New CCTV Hopes To Tackle Shaftesbury Anti-Social Behaviour

Dorset Council has installed CCTV in Shaftesbury’s Mustons Lane.

In March, some residents wrote to oppose a retrospective planning application for the Angola ‘76 café bar, claiming that the lane was often littered with ‘broken glass’ and, as one person wrote, ‘piss and vomit’, following night-time drinking.

Councillor Derek Beer hopes the new camera will reveal where the rowdy revellers have actually come from. “People are complaining about urinating in the street, banging of car doors or shouting and screaming. It’s all very well to make these complaints, and it could be really from the heart,” said Derek. “But we need to show where, when, who and why. You can’t do it yourself. It has to be done officially and with the proper notices to let people know that it is going on.”

Derek first revealed the camera proposal, made by the former North Dorset District authority, at a Shaftesbury Town Council meeting in January. Since then, publicity surrounding Angola ‘76’s planning application has put the venue in the spotlight, but Derek doesn’t feel that it is fair to point the finger without footage.

“You can’t really assume that problems are coming from any one property, pub or club. You have to have proper evidence. And then, when you have it, you can give advisory help to the premises and say, ‘This is what you need to be doing. You’re upsetting the neighbours. You are causing a problem’.”

In March, John Morgan, the owner of Angola ’76, told ThisIsAlfred he did not recognise reports of urination and explained that he would not have lived, with his children, next door to the bar if such behaviour occurred. John says he is “absolutely delighted’ to hear that CCTV has been installed in the street. “It will show that we are not the root of all evil,” he says, adding, “I imagine the folk of Shaftesbury have been regularly antisocial for several hundred years.”

Derek says complaints should go to the Council and not the police. “Dorset Council is responsible for noise nuisance, environmental health and licensing matters. They’re working in partnership with the police, should there be any law enforcement issues, but basically noise, alcohol and planning are dealt with through the local authority,” said Derek. “I chaired the licensing committee for twenty years and on many occasions, the police sent complaints back and said, ‘You’ve got to deal with the local authority. It’s not our problem’.”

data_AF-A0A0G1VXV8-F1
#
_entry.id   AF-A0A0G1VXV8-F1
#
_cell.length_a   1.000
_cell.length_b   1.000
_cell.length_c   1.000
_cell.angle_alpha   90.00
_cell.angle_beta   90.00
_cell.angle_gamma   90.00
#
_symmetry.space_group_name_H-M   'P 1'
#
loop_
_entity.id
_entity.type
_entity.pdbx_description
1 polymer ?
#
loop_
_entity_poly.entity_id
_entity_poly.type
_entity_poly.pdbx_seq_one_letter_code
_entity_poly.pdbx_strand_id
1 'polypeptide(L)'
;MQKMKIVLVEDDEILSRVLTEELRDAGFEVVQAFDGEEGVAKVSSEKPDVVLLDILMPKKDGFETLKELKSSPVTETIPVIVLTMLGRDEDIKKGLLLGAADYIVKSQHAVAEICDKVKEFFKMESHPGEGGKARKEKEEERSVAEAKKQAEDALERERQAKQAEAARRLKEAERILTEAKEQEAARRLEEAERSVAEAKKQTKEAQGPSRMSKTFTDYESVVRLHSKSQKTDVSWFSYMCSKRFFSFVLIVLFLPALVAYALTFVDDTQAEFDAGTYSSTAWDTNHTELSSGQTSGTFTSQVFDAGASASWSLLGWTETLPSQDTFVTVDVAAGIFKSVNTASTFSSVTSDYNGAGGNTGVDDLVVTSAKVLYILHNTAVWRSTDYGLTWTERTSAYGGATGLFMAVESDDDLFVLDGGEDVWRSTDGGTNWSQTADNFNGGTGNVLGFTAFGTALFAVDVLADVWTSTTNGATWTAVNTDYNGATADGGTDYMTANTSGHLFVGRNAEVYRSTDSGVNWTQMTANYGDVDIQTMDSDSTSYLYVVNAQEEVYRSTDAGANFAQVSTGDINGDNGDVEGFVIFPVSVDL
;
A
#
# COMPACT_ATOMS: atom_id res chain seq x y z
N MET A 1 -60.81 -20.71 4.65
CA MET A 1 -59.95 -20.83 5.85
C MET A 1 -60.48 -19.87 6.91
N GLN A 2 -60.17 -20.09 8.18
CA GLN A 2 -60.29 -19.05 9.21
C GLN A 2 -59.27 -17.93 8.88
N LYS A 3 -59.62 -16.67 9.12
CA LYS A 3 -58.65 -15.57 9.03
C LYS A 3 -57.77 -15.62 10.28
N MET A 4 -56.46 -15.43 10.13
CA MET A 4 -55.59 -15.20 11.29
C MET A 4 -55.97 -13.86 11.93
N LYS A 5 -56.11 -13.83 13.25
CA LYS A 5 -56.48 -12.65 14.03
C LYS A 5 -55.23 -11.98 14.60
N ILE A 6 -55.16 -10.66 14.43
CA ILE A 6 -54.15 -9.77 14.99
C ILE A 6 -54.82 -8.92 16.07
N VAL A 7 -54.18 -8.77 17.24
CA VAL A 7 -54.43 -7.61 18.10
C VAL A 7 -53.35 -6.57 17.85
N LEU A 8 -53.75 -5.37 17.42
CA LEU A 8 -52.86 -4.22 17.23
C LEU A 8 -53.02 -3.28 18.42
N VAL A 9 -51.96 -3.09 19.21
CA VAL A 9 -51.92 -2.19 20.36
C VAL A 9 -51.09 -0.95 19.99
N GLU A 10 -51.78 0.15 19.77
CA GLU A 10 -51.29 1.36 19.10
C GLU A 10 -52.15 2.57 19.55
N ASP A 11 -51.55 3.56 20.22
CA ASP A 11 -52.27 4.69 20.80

Derek says that if Dorset Council receives complaints now, their staff should be able to scan the video recordings to identify whether people have come from particular premises or whether they are just passing from Bell Street to the High Street, using Mustons Lane.

Derek admits that he is not a fan of CCTV, though. He recalled the time when Dorset Police asked Shaftesbury Town Council to contribute financially towards new cameras. “Immediately after the CCTV went up, there was a spate of robberies and muggings, so we got in touch with the police and said, ‘You’ve got it all on CCTV haven’t you?’ and they said it wasn’t monitored,” explained Derek.

“Unless it’s monitored all the time, I don’t believe in it. I also think that if you’re in a park, it really creates fear, it makes people think there is crime. There was a time when people wanted to put it on Park Walk and I said, ‘No, it’s a peaceful area and you don’t need it at places like that,” he added.

Whatever the camera captures, Derek isn’t certain that the issue of disturbance can be dealt with to every resident’s satisfaction. “There have been lots of comments about Mustons Lane and Bell Street. The trouble is that they are old cottages, leaning over the street, and the noise is amplified.”

Derek explained that the volume of his voice during our conversation in his café was appropriate for the setting. But he suggested that if he spoke at that same level in Bell Street at midnight, it might disturb people. “Lots of things can seem like a big nuisance but actually they’re not too bad. It just means that licensed premises, or the people who run them, need to make sure that when people leave, they’re not causing a problem for the neighbours,” he said.

John Morgan has stated that his Angola ’76 team has worked hard to encourage customers to leave his premises quietly. And Cllr Beer is hoping the cameras can go some way towards resolving this issue. “If people have got a problem and it’s disturbing their quality of life, it definitely needs to be sorted. I welcome a solution to a problem that seems to be there and which is upsetting the neighbours,” Derek said.